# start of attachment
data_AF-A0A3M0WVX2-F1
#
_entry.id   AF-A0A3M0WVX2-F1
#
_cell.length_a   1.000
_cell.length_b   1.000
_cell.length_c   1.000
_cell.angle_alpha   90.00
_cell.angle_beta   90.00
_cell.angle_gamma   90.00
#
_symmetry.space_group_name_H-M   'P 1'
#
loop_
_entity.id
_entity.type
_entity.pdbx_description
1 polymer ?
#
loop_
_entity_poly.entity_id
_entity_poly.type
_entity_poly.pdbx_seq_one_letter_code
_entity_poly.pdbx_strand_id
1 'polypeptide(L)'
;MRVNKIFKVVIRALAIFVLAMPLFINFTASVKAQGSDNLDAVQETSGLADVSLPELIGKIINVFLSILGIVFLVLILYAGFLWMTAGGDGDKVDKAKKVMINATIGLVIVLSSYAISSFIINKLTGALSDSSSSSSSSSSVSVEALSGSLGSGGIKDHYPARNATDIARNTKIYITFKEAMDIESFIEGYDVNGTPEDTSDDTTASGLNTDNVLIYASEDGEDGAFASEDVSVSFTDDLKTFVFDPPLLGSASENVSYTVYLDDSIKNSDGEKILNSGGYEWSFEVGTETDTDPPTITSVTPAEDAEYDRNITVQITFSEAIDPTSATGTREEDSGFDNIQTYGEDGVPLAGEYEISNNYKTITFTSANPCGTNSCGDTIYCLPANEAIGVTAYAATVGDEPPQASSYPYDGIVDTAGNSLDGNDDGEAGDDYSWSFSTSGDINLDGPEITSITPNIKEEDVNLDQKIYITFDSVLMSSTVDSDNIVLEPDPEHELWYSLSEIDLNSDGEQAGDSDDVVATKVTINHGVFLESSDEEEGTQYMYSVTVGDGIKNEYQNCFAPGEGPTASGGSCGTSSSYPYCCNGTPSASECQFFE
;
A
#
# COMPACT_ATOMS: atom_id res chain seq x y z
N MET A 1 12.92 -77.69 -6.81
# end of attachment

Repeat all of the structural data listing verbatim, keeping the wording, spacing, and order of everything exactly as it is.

data_AF-A0A3M0WVX2-F1
#
_entry.id   AF-A0A3M0WVX2-F1
#
_cell.length_a   1.000
_cell.length_b   1.000
_cell.length_c   1.000
_cell.angle_alpha   90.00
_cell.angle_beta   90.00
_cell.angle_gamma   90.00
#
_symmetry.space_group_name_H-M   'P 1'
#
loop_
_entity.id
_entity.type
_entity.pdbx_description
1 polymer ?
#
loop_
_entity_poly.entity_id
_entity_poly.type
_entity_poly.pdbx_seq_one_letter_code
_entity_poly.pdbx_strand_id
1 'polypeptide(L)'
;MRVNKIFKVVIRALAIFVLAMPLFINFTASVKAQGSDNLDAVQETSGLADVSLPELIGKIINVFLSILGIVFLVLILYAGFLWMTAGGDGDKVDKAKKVMINATIGLVIVLSSYAISSFIINKLTGALSDSSSSSSSSSSVSVEALSGSLGSGGIKDHYPARNATDIARNTKIYITFKEAMDIESFIEGYDVNGTPEDTSDDTTASGLNTDNVLIYASEDGEDGAFASEDVSVSFTDDLKTFVFDPPLLGSASENVSYTVYLDDSIKNSDGEKILNSGGYEWSFEVGTETDTDPPTITSVTPAEDAEYDRNITVQITFSEAIDPTSATGTREEDSGFDNIQTYGEDGVPLAGEYEISNNYKTITFTSANPCGTNSCGDTIYCLPANEAIGVTAYAATVGDEPPQASSYPYDGIVDTAGNSLDGNDDGEAGDDYSWSFSTSGDINLDGPEITSITPNIKEEDVNLDQKIYITFDSVLMSSTVDSDNIVLEPDPEHELWYSLSEIDLNSDGEQAGDSDDVVATKVTINHGVFLESSDEEEGTQYMYSVTVGDGIKNEYQNCFAPGEGPTASGGSCGTSSSYPYCCNGTPSASECQFFE
;
A
#
# COMPACT_ATOMS: atom_id res chain seq x y z
N MET A 1 12.92 -77.69 -6.81